The strength of The Kingkiller Chronicles lies in its reverence for the art of storytelling. The framing device for the whole book is the protagonist telling a story about himself. Within that story, there are a lot of common, insignificant myths that do a lot to increase the texture and weight of the world. There are stories about religion. Travelers pass the time around campfires in telling each other tales. These range from rumors and gossip passed along on the road to old creation stories. In addition, the main quest of the series is Kvothe’s desire to find a group of seven immortal demons. Most people think these seven, the Chandrian, are just a silly children’s tale, but that’s because these monsters have spent the last few millennia obliterating any trace of themselves from the stories of men. Kvothe’s father begins researching them, and they show up and murder Kvothe’s entire family. Kvothe’s main motivation throughout the books is to gain enough knowledge and power to find and kill the beings who made him an orphan. His search for knowledge explores the beautiful patchwork nature of human storytelling – he manages to find a piece here, a sliver there, but all the stories are slightly different, the names added to or worn away by time, minimized or aggrandized by whichever culture acted as the story’s steward from the time it was created to the time Kvothe found it. Why did the Chandrian work so hard to make these stories so few and far between? It has something to do with the magic system of the book – knowing the true names of these creatures would give Kvothe some measure of power over them.

Pictured: The most powerful weapon in the fight against evil

One of the standout features of The Kingkiller Chronicles is its compelling magic system. Magic systems are important. They define the way mages can influence the world around them, which is a major concern of most fantasy. Rothfuss’ is inventive and intricate. The author includes many detailed, rule-bound systems and schools of magic, but all of these different techniques are children playing with matches compared to the roaring conflagration of Naming. Naming as a form of magic used to be widespread, but now only a handful of extremely talented people can manage it (Kvothe is, of course, among them). Naming consists of being able to intuitively know and call the true name of different things – wind, fire, rock, even blood or bone, even people. If a Namer calls something by its true name, he or she can control it. This is much more powerful than the other forms of magic. A Namer can break a hole through a thick stone wall by speaking to it. He can kill by calling the name of the wind and sucking the breath out of the lungs of his enemy. Naming, the true and accurate use of the perfect word at the perfect moment, is the most powerful form of magic in this world. This, along with the lovingly crafted myths that permeate this narrative, emphasizes the importance and power of writers and writing. The right words can kill an enemy, burn down a forest, or break through a wall. This focus of The Kingkiller Chronicles will appeal deeply to lovers of words and stories.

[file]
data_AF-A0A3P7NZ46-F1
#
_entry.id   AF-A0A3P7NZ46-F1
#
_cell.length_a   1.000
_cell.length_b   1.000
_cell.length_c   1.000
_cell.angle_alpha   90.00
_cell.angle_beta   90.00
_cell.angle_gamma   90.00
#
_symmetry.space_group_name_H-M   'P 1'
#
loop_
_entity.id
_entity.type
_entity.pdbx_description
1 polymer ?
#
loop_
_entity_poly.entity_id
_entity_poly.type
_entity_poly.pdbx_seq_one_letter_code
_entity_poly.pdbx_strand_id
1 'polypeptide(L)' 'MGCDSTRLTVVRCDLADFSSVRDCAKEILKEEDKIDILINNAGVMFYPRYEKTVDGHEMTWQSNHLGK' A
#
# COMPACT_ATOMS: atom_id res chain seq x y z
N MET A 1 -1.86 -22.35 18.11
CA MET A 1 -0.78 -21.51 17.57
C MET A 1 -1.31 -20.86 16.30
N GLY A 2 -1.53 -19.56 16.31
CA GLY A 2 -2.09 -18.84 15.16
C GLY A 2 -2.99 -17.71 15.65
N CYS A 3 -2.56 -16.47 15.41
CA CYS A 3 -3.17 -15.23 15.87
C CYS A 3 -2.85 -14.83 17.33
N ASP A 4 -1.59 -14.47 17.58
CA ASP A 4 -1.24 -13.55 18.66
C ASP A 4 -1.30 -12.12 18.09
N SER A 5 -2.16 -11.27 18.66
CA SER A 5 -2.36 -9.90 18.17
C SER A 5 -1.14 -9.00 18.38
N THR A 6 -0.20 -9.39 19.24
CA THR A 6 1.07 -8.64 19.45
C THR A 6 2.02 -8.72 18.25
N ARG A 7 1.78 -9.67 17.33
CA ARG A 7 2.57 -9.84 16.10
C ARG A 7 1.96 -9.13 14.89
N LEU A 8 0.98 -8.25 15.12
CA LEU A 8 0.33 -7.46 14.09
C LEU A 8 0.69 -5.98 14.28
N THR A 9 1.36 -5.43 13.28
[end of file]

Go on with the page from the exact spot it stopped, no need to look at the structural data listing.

Wearing one of these is a really, really bad idea in this world.

Ironically, for all of its care and focus on the nature and power of stories, The Wise Man’s Fear has taken a lot of flack for its own storytelling. One of the main complaints is that, although it’s book two of three in The Kingkiller Chronicles, there is yet to be a kingkilling. Many are concerned with the pacing of the story – with only one book left, how will Kvothe kill a king, find his parents’ murderers, and bring the story he’s telling up to the present day? Another major criticism of The Wise Man’s Fear is that it seems like a mass of stitched-together short stories about Kvothe instead of a cohesive novel. Kvothe at school, Kvothe hunting bandits in the forest, Kvothe in the Fae realm, Kvothe with the desert swordsmen, et cetera. I see the point of this complaint, but I don’t care because all of these stitched-together stories are entertaining and well-written. Rothfuss has a gift for vivid, clear, and immediate writing, and he’s very good at describing knuckle-whitening fight scenes. Honestly, as a fantasy writer, if you can describe a duel involving magic, swordplay, or both with energy and deftness, you can be forgiven for a host of other niggling complaints.

In conclusion, the book is flawed but well worth a read. I’m a strong believer in the phrase “don’t let perfect be the enemy of good,” and just because this novel is not perfection does not mean it’s not enjoyable. Sure, the main character is Mary Sueish. Sure, this book consisted of what felt like a bunch of sidequests. Here’s the thing though – the character is driven and compelling through the sheer force of his skill. The sidequests are engrossing and fun standing by themselves. Also, the pure power of the narrative is a roaring river – hard to resist. I read this book for hours at a time. Finally, the languorous love affair with tales of any and all kinds that Rothfuss builds into the book, along with the idea of writer as Namer and words as power, serves to forge this series into a paean to the strength and gift of human communication and storytelling, which is a worthwhile accomplishment.

Andrew Findlay has strong opinions about things (mostly literature) and will share them with you loudly and confidently.

Image sources: Wiki, Penny-Arcade, and io9